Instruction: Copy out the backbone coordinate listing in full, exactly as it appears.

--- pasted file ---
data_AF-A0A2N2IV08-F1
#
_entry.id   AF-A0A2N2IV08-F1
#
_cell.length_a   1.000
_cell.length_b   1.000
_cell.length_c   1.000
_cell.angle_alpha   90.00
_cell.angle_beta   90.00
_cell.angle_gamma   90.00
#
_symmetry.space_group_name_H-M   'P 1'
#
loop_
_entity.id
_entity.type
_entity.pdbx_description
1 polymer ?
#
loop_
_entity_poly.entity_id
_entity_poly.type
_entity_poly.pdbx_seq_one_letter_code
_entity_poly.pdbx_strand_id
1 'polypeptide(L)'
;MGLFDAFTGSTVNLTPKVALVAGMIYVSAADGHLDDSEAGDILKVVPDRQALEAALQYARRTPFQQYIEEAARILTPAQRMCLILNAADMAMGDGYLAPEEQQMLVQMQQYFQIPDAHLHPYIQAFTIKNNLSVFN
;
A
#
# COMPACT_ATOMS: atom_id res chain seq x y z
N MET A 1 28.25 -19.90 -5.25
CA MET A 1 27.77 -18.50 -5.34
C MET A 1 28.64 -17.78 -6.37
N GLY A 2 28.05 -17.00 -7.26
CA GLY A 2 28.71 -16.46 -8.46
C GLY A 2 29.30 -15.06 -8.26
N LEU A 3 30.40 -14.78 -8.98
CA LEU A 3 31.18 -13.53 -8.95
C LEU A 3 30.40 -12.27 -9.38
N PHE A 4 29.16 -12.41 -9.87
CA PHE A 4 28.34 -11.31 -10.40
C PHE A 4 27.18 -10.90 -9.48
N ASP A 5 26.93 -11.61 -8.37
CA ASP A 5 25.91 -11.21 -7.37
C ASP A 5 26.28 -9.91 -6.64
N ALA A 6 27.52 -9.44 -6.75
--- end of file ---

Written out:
data_AF-A0A2N2IV08-F1
#
_entry.id   AF-A0A2N2IV08-F1
#
_cell.length_a   1.000
_cell.length_b   1.000
_cell.length_c   1.000
_cell.angle_alpha   90.00
_cell.angle_beta   90.00
_cell.angle_gamma   90.00
#
_symmetry.space_group_name_H-M   'P 1'
#
loop_
_entity.id
_entity.type
_entity.pdbx_description
1 polymer ?
#
loop_
_entity_poly.entity_id
_entity_poly.type
_entity_poly.pdbx_seq_one_letter_code
_entity_poly.pdbx_strand_id
1 'polypeptide(L)'
;MGLFDAFTGSTVNLTPKVALVAGMIYVSAADGHLDDSEAGDILKVVPDRQALEAALQYARRTPFQQYIEEAARILTPAQRMCLILNAADMAMGDGYLAPEEQQMLVQMQQYFQIPDAHLHPYIQAFTIKNNLSVFN
;
A
#
# COMPACT_ATOMS: atom_id res chain seq x y z
N MET A 1 28.25 -19.90 -5.25
CA MET A 1 27.77 -18.50 -5.34
C MET A 1 28.64 -17.78 -6.37
N GLY A 2 28.05 -17.00 -7.26
CA GLY A 2 28.71 -16.46 -8.46
C GLY A 2 29.30 -15.06 -8.26
N LEU A 3 30.40 -14.78 -8.98
CA LEU A 3 31.18 -13.53 -8.95
C LEU A 3 30.40 -12.27 -9.38
N PHE A 4 29.16 -12.41 -9.87
CA PHE A 4 28.34 -11.31 -10.40
C PHE A 4 27.18 -10.90 -9.48
N ASP A 5 26.93 -11.61 -8.37
CA ASP A 5 25.91 -11.21 -7.37
C ASP A 5 26.28 -9.91 -6.64
N ALA A 6 27.52 -9.44 -6.75